This is not to blame either the authorities or instructors in these institutions. We can condemn the system without passing judgment on the men. If we tolerate the system we cannot justly find fault with those who take advantage of it. This condition of affairs must continue so long as the colleges and universities depend upon present methods of raising their revenues. The system of endowments and State support has outlived its usefulness. It has become an abuse. It no longer promotes human progress by increasing the facilities for education; but it hampers progress by limiting the opportunities for obtaining an education. It is only a small percentage at best, and that percentage is fast decreasing, of the people who can go to college and get what is termed a liberal education. With an adequate science of sociology, something that would be recognized as bearing the manifest stamp of truth, this would be changed. Society would quickly shape itself to meet the requirements. The privileges of the rich only continue by reason of the ignorance of the people. Once the nature and effect of those privileges became generally known they would be brought to a speedy termination. The people would no longer give up their earnings to support an idle and useless class. Instead of an almost universal poverty there would come a universal prosperity in which all could indulge their utmost ambitions in the line of study. There was a time when endowments promoted the spread of knowledge—when they were necessary to the growth and development of education; but that time has passed. When the production of wealth was slow and difficult and was mainly carried on by manual labor, it was only a few who could afford the time and expense required to obtain an education. The work of enlarging the field of human knowledge through original research had to be left to the rich. A leisure class was necessary. But now, when the machine has taken the place of human muscles, when steam and electricity furnish the motive power, and when labor has been subdivided until a few months at most, and often a few days, suffice for the acquirement of the skill needed for most of the mechanical occupations, there is no longer need of a leisure class as distinguished from a working class. Privilege has no longer a reason to be.
I shall be asked how it is possible to provide for the support of public institutions of learning except it be by taxation. It is not possible now. Things must go on much as they are until a better understanding is reached. A change can only come as a result of a distribution of wealth in which all shall share after a more scientific system has been found and applied. This may consist only in the destruction of class privileges whereby a few now exercise so preponderating an influence in public affairs. It is impossible to tell beforehand just what changes will come as a result of certain other changes. The political machine that we call the State may be abolished entirely; or it may slough off its present characteristics of force and violence and preserve only its administrative features. Or, again, a new business organization may develop from and through the cooperative needs of the people that will supply all the requirements of a public administration without restriction of the freedom of individuals. This is already done in a measure by the existing stock companies, which administer the affairs of the members without interfering with the personal liberty of those members. But one thing is certain—that, whatever form the new organization shall take on, the needs of the people will determine what that form shall be. At present I think the wise thing is to encourage private institutions of learning that depend upon fees of tuition for their revenues; and then bend every exertion to destroy privilege and increase the resources of the people, and therefore their ability to meet expenditures. Their resources will increase just in proportion as the power of privilege to expropriate their substance is decreased. The development of a science of sociology is the one thing needed to make plain the methods by which this can be accomplished.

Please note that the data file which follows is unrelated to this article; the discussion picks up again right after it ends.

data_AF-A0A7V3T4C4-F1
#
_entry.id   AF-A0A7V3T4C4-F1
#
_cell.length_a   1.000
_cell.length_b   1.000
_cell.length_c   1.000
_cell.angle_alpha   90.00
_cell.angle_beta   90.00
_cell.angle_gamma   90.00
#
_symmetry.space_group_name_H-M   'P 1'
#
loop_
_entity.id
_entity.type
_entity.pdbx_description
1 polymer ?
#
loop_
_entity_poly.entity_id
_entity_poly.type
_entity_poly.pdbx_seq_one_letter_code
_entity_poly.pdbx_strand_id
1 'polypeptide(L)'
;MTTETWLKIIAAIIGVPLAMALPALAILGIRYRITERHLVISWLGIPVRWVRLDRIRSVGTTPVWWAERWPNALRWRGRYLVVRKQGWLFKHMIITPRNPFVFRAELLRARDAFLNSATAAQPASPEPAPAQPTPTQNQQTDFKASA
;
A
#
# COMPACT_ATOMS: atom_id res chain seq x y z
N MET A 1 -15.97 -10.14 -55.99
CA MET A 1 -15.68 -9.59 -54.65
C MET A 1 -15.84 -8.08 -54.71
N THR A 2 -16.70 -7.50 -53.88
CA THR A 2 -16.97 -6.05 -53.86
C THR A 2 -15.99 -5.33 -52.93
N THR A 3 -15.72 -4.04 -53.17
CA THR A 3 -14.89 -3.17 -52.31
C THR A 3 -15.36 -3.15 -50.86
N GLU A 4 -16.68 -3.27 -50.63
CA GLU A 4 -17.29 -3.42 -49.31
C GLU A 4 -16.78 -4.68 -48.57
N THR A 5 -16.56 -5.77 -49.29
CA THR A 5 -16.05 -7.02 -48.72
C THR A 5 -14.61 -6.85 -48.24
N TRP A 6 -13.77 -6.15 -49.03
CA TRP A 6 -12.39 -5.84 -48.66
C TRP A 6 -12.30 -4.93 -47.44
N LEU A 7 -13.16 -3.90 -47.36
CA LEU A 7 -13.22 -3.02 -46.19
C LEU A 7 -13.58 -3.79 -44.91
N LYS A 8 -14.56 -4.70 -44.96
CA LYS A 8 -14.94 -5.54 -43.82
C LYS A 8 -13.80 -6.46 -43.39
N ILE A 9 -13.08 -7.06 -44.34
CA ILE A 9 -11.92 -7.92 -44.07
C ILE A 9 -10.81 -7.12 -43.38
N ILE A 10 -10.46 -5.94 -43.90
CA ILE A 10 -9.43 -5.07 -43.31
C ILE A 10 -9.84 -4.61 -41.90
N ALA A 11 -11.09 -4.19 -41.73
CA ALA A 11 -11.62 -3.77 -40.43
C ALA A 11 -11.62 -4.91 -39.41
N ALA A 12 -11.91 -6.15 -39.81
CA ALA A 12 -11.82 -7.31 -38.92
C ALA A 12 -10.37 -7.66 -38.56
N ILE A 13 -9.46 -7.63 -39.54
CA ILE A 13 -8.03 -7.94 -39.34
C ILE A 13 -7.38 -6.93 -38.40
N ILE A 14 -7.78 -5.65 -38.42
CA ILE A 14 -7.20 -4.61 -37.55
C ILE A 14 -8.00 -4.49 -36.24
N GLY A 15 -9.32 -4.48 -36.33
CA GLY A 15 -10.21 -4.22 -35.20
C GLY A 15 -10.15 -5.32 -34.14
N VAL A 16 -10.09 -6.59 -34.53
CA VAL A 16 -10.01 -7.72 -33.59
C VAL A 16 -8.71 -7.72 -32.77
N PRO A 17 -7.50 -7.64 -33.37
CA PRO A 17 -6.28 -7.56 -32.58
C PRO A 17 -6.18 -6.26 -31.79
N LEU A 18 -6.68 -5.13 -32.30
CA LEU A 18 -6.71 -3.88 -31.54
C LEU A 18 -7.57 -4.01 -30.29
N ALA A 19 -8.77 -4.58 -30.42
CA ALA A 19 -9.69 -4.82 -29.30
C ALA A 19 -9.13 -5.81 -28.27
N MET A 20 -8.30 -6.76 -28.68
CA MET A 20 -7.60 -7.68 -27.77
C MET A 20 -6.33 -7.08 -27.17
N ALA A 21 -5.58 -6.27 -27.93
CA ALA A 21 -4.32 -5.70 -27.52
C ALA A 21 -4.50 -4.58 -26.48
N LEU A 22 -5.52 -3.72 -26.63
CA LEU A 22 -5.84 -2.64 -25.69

On entering upon the study of sociology, from any possible starting-point, one is immediately struck with the multitude of theories that prevail in every branch into which the subject divides itself. Writers almost innumerable have formulated peculiar notions on special subjects, according to their own varied interests or inclinations, with slight regard to their bearing upon others. With rare exceptions these notions are the outgrowth of class prejudices accented by a dense ignorance of the facts and conditions in other classes than their own, which easily magnify the importance of minor facts and principles while missing entirely the greater and more general truths. In this way there has come to be a seeming wilderness of theories and speculations without order or harmony, oftentimes the most contradictory. Thus all manner of cure-alls are offered to the public, each warranted to correct every social ill and usher in a social millennium if only the plans formulated by its particular author are adopted and applied. As a result, we have the people divided into warring factions under different names, each struggling for the mastery, and conducting their warfare in a spirit of partisanship and intolerance well calculated to hide the truth rather than reveal it. And, still worse, we have the professed followers of the great Teacher—who, more than all others, laid down the fundamental principles on which all social science must rest—trying to care our social ills by an individual salvation: putting an individual plaster on a social sore.
There is nothing discouraging in this condition of things. On the contrary, it is a hopeful sign. This is the condition that must precede the formulation of a science of sociology. In this way all the facts and theories must be developed and brought to the attention of the real workers in the scientific field, who must find, by large generalizations, the underlying principles of human association. In the same way the sciences of zoology and botany were made possible. A vast amount of knowledge was collected about the physical structure, characteristics, and habitat of plants, and also of the structure, habits, and life history of the lower animals, before these sciences were possible. The same thing has been true of every other branch of science. It has been necessary that all these special theories on the subject of human relationships should be promulgated in order to compel the coming sociologist to take due account of all the factors in the problem before him.